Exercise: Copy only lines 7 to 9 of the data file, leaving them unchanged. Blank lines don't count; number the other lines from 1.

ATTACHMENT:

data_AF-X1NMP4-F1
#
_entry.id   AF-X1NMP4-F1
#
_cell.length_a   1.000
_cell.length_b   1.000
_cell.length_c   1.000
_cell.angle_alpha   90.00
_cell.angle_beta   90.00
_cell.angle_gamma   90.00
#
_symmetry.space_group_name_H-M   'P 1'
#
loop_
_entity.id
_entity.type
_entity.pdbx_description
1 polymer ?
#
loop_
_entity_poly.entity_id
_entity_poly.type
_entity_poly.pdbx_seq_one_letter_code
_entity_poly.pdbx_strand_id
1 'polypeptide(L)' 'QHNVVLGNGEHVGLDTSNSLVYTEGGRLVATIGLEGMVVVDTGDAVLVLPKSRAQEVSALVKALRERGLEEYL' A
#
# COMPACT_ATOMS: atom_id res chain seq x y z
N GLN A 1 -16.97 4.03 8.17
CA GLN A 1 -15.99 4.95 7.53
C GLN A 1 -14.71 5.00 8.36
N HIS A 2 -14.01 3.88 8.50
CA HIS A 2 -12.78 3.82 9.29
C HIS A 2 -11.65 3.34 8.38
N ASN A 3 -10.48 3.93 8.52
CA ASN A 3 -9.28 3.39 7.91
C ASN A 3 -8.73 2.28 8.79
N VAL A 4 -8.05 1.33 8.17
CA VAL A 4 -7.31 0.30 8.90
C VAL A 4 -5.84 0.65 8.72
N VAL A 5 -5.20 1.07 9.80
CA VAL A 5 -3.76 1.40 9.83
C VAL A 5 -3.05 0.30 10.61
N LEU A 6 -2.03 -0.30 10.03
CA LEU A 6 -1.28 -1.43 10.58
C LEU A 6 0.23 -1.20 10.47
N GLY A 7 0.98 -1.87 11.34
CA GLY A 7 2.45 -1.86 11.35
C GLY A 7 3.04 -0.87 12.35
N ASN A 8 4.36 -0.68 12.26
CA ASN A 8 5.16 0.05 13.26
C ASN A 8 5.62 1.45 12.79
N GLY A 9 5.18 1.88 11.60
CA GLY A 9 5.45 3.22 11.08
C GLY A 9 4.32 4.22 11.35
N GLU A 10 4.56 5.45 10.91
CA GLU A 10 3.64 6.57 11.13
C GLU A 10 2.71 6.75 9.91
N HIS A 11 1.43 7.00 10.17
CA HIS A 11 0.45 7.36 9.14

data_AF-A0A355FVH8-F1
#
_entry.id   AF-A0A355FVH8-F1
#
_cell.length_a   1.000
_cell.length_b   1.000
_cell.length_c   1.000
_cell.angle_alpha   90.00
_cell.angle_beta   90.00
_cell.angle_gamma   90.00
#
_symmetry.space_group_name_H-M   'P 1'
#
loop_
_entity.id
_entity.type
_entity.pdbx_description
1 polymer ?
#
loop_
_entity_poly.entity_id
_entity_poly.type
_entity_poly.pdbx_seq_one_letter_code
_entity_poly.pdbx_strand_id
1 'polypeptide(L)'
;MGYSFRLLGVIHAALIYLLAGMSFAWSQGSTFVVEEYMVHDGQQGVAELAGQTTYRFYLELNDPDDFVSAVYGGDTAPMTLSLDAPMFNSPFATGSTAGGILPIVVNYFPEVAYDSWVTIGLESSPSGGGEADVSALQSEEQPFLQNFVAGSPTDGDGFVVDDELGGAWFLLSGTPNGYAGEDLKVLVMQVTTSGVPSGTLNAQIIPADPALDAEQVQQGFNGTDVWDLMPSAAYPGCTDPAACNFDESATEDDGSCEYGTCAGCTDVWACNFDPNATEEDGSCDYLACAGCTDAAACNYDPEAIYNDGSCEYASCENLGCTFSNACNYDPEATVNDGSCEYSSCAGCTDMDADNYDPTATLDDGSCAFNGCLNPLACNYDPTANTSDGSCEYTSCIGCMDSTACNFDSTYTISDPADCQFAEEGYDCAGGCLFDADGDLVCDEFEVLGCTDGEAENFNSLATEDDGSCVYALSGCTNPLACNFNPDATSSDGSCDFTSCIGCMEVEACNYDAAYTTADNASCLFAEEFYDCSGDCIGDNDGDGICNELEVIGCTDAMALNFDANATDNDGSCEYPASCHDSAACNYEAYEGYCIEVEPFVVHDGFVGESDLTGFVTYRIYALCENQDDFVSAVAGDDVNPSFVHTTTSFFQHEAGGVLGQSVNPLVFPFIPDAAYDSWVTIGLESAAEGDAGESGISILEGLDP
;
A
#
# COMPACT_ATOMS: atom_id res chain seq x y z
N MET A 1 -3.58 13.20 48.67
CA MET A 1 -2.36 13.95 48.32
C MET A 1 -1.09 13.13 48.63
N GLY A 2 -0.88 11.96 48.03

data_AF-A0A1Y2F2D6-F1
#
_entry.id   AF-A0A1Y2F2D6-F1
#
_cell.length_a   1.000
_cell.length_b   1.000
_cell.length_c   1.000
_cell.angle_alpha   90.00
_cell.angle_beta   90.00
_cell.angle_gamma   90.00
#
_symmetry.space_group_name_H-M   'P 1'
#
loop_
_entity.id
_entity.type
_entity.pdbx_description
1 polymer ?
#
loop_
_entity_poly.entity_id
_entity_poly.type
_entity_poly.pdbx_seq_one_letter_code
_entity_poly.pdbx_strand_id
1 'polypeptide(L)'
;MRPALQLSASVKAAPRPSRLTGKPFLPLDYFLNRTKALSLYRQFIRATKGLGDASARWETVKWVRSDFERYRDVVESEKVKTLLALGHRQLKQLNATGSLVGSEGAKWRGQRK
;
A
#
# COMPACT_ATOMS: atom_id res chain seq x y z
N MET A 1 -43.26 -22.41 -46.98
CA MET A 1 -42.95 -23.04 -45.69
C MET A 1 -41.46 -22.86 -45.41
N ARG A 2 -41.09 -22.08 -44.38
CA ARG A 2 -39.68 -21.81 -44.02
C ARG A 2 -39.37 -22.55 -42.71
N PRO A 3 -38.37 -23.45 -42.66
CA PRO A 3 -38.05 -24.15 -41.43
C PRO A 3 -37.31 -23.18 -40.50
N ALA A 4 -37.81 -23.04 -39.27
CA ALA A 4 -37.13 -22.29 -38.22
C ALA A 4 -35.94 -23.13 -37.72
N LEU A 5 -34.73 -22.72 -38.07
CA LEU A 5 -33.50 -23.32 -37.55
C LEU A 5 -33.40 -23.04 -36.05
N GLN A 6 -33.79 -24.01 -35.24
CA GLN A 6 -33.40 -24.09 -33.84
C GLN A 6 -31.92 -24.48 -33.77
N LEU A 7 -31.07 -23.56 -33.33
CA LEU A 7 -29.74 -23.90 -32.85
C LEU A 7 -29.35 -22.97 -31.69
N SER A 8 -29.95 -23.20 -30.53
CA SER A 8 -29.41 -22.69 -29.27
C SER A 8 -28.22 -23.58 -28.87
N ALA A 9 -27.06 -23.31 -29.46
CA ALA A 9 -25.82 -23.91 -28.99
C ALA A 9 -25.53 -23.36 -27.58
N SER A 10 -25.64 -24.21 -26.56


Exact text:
_cell.length_c   1.000
_cell.angle_alpha   90.00
_cell.angle_beta   90.00